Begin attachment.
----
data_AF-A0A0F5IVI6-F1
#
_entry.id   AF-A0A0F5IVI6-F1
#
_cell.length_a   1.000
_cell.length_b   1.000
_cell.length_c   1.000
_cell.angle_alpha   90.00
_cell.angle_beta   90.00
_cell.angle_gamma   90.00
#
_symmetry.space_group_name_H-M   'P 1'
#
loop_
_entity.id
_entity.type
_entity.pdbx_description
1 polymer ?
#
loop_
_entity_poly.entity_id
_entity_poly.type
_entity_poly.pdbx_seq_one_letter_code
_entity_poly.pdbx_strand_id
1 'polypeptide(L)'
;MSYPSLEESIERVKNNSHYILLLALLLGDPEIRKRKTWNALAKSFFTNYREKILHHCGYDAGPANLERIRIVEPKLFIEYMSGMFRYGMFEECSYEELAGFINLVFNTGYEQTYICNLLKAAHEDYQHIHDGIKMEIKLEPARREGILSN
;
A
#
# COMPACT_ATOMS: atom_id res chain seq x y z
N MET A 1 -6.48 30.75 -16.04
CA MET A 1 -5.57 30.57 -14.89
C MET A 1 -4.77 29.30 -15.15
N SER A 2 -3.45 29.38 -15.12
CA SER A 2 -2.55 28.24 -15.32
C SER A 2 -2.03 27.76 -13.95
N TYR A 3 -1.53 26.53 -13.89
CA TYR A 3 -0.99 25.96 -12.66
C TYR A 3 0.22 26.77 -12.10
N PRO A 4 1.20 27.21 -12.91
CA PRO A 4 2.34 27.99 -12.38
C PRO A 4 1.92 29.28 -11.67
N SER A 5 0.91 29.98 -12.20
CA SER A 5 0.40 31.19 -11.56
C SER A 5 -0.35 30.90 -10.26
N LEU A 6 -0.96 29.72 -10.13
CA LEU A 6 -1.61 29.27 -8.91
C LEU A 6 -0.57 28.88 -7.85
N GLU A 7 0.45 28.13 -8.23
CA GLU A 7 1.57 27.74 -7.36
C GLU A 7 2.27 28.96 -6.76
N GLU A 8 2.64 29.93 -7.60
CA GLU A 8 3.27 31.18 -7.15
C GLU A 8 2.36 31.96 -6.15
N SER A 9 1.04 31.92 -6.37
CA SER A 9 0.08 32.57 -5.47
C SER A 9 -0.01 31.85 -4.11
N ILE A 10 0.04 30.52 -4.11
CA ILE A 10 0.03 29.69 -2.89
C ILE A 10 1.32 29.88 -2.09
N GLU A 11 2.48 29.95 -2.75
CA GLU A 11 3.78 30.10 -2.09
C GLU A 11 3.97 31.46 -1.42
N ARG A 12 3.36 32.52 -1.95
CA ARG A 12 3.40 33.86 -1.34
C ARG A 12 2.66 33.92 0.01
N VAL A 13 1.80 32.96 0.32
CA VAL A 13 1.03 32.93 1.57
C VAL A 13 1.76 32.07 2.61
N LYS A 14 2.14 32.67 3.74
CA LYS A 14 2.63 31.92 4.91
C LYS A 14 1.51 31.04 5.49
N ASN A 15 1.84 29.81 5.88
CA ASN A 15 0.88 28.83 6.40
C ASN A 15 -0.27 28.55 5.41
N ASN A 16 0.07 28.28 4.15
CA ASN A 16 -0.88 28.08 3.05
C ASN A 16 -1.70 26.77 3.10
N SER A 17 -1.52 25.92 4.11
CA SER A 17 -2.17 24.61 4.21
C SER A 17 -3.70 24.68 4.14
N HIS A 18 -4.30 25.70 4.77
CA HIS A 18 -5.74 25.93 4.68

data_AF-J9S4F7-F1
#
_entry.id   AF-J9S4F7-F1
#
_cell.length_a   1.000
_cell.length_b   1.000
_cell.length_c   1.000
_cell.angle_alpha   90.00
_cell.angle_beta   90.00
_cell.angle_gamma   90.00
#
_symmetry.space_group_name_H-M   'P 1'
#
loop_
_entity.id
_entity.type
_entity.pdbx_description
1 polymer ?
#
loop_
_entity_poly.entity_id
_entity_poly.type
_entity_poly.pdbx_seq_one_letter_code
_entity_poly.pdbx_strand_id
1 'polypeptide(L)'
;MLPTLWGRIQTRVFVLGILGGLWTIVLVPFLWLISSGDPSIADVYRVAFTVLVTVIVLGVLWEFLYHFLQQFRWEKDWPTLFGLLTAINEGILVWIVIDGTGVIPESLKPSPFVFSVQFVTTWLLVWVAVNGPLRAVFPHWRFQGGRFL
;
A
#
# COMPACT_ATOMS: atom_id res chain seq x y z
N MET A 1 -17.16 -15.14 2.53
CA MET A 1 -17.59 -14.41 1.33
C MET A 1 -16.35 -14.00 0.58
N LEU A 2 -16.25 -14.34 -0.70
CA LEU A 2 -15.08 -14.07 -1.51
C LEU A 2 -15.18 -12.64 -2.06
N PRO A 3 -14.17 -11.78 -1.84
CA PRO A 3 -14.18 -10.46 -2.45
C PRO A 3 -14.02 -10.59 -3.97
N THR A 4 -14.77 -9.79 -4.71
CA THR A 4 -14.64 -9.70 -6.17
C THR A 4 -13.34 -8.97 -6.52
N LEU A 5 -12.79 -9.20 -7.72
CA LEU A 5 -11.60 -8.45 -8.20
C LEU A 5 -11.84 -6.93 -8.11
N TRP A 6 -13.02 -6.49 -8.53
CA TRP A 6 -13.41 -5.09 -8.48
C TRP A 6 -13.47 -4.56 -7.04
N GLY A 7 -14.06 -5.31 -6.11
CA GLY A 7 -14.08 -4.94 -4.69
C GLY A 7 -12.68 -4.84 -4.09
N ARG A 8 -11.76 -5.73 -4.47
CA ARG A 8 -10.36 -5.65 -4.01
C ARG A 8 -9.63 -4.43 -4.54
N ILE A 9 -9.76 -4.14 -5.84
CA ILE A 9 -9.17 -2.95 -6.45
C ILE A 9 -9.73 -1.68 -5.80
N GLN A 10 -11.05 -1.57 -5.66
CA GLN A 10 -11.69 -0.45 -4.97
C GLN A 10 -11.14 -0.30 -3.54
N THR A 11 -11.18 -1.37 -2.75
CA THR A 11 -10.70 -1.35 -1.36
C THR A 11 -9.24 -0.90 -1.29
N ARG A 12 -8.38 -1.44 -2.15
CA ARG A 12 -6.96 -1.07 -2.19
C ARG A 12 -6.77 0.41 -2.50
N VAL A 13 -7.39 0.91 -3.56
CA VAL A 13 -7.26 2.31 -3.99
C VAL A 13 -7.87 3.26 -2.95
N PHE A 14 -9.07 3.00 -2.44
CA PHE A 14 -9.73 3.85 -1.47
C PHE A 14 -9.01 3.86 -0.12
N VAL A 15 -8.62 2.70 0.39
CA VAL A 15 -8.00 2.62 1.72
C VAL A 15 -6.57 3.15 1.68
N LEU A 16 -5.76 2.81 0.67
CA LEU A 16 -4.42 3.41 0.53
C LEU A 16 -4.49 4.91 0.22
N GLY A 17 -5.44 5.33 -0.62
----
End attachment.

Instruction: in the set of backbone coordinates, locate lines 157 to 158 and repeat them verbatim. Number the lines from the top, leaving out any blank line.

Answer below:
CA VAL A 15 -8.00 2.62 1.72
C VAL A 15 -6.57 3.15 1.68